UNICEF expresses interest in health app for school girls; set to invest over GHc1 million

UNICEF expresses interest in health app for school girls; set to invest over GHc1 million

- A health app known as Lily Health, is set to receive support from the United Nations Children's Fund (UNICEF)

- UNICEF, in collaboration with Duke University, has revealed that the app has been given a slot in the Duke-UNICEF Innovation Accelerator

- Information available shows that the app is likely to receive between $50 to $250,000

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The United Nations Children's Fund (UNICEF) has expressed interest in supporting a health app that serves as an advisor using WhatsApp and Facebook Messenger as platforms.

The app, Lily Health, is set to attract between $50 to $250,000 from the United Nations’ agency.

Duke University and UNICEF announced that the app has been given a spot in the Duke-UNICEF Innovation Accelerator.

UNICEF expresses interest in health app for school girls; set to invest over GHc1 million

MacGregor, co-founder of the app
Source: UGC

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Per a report by Business Insider, the programme gives the opportunity for social enterprises to tackle the most pressing challenges that children and youth around the world contend with.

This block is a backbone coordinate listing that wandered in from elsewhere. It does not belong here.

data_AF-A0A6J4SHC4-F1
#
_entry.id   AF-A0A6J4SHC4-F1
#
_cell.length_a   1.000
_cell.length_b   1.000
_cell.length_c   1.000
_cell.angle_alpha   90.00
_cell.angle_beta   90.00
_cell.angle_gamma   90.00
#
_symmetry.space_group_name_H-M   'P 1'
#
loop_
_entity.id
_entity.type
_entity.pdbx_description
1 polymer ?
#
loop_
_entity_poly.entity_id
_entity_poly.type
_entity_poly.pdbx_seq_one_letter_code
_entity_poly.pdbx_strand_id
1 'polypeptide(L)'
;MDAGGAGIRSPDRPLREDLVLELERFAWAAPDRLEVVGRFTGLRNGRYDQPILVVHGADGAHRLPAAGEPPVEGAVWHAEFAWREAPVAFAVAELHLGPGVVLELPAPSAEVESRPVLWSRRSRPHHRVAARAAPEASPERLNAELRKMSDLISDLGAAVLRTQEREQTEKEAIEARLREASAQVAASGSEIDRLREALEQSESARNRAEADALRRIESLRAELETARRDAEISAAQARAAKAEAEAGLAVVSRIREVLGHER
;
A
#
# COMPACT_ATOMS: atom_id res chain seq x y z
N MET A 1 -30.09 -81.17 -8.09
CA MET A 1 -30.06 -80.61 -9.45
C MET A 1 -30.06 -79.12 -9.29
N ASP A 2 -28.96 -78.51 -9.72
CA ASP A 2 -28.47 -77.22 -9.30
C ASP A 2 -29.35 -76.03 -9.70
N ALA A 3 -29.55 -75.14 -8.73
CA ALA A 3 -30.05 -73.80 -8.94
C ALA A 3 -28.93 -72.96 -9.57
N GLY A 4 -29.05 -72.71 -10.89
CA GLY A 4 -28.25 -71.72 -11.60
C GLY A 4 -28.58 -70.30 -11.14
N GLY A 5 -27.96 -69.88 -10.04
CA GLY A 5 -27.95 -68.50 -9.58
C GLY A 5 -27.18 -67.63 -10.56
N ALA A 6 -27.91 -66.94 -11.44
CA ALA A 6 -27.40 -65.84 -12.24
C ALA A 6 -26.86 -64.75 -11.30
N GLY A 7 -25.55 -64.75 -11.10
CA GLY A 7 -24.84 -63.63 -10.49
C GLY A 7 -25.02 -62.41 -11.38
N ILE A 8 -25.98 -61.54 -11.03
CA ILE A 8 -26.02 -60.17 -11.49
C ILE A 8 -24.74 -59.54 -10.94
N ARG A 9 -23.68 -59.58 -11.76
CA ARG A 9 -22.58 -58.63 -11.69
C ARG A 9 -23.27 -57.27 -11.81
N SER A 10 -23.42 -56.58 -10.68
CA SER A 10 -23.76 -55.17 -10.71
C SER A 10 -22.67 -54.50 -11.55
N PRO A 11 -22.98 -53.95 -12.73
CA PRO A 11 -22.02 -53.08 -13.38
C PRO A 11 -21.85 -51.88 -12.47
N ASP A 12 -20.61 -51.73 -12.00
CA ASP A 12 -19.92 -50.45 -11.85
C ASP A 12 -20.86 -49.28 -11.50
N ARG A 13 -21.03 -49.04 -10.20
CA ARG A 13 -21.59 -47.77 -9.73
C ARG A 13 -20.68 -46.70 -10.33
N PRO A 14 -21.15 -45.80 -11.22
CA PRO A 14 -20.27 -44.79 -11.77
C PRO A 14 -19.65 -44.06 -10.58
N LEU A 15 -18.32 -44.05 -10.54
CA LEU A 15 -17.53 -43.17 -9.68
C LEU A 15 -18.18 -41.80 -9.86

YEN.com.gh understands that the app gives over 120,000 women in Kenyan the ability to monitor their health statuses.

Lily Health is set to join five other entrepreneurs in the Innovation Accelerator programme to create and improve innovative ways of addressing menstrual health and hygiene in East Africa and beyond.

In the course of the two-year Innovation Accelerator programme, the entrepreneurs would be exposed to several resources.

These include UNICEF subject matter experts, mentorship opportunities, Duke University faculty and students, monthly capacity-building webinars, and a week-long residency at the Duke Innovation & Entrepreneurship Initiative (I&E).

The beneficiaries are to provide solutions that span from digital apps to reusable and disposable pads, to community health models – all aim to strengthen menstrual health, hygiene, and management while tackling pervasive cultural taboos and educational barriers surrounding menstruation.

In other news, YEN.com.gh has learned that Africa’s debt is increasing is causing a rift between the World Bank and other lenders.

The World Bank reports that Sub-Saharan Africa’s total external debt increased by 150% to $583 billion in 2018 from $236 billion 10 years earlier.

Per a report by qz.com, there are fears about rising unsustainable debt as the average public debt increased from 2010-2018 by 40% to 59% of Gross Domestic Product (GDP).

The International Monetary Fund and the World Bank have expressed worry about the lack of transparency, weak debt management, and a lack of capacity in an increasing number of low-income countries as the average public debt increased from 2010-2018 by 40% to 59% of GDP.

They have also raised concerns about China’s influence in Africa with regard to sources of capital.

This comes in the wake of offers of convenient packages of funding through state-owned enterprises.

This often leads to the availability of funds for much-needed infrastructure projects across the continent.

According to David Malpass, president of World Bank, this comes at a time when there is a lack of transparency.

READ ALSO: AngloGold Africa sells South African mines for over GHc1.5 billion

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